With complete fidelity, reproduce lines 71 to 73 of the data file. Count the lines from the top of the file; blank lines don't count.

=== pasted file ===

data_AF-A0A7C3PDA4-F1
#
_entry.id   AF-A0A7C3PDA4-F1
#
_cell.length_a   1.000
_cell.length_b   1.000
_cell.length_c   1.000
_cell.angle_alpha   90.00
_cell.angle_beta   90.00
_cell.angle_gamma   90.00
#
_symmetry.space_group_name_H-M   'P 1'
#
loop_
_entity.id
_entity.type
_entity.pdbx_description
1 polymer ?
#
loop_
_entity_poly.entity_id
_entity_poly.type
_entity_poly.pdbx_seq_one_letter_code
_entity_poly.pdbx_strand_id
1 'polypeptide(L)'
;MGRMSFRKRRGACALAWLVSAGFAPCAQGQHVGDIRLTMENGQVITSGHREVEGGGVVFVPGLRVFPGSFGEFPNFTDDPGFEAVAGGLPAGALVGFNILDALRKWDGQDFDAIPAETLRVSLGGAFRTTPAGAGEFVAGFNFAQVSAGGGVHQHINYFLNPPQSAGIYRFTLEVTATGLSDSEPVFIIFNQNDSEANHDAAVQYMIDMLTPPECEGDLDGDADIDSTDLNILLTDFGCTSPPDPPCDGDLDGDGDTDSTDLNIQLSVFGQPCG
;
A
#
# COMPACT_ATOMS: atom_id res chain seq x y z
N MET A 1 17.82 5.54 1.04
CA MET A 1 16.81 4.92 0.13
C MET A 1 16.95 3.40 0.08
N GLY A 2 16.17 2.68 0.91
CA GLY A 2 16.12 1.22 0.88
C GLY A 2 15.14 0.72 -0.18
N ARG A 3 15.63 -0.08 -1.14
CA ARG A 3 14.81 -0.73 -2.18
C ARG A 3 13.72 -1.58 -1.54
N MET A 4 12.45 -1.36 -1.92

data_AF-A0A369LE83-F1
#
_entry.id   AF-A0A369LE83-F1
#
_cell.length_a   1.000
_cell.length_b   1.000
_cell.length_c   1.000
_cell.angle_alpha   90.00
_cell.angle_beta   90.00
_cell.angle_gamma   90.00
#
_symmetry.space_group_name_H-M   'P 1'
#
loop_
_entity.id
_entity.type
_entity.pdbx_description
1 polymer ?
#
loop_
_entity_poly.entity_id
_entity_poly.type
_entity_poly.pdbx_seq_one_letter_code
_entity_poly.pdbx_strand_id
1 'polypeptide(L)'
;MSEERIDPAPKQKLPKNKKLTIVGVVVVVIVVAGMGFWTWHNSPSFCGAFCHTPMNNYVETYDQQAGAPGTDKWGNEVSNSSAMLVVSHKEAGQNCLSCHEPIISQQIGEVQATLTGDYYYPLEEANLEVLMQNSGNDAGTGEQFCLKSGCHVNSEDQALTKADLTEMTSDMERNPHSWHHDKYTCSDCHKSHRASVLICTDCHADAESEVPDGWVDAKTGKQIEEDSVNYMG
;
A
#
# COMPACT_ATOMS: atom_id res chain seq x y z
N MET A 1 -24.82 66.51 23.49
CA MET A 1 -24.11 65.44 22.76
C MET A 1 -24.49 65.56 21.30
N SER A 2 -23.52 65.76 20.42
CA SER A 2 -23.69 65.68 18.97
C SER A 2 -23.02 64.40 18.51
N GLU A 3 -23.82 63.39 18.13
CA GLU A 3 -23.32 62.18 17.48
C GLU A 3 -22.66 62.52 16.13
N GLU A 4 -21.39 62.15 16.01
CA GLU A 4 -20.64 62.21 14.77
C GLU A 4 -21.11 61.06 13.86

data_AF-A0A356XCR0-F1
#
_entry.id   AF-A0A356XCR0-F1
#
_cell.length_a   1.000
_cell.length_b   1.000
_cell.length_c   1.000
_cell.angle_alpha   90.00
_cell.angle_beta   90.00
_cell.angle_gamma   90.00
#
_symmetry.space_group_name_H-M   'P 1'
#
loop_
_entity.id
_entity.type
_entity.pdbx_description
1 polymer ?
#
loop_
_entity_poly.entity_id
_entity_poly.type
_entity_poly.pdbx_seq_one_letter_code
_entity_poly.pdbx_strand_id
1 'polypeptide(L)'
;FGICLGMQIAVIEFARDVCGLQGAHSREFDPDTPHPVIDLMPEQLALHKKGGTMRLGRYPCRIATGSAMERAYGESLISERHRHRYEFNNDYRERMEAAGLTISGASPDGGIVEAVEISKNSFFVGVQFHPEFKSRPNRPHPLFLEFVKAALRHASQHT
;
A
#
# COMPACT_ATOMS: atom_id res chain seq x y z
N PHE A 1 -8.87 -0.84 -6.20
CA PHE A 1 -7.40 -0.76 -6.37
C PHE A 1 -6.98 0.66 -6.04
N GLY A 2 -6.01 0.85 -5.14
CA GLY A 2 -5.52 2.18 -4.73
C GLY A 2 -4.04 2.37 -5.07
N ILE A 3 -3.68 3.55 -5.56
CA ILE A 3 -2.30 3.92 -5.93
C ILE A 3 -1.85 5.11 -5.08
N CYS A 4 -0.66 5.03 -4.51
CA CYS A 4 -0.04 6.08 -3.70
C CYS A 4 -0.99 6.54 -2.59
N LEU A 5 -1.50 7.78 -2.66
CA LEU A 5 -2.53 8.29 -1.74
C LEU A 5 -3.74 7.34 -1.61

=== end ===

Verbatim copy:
N MET A 1 -24.82 66.51 23.49
CA MET A 1 -24.11 65.44 22.76
C MET A 1 -24.49 65.56 21.30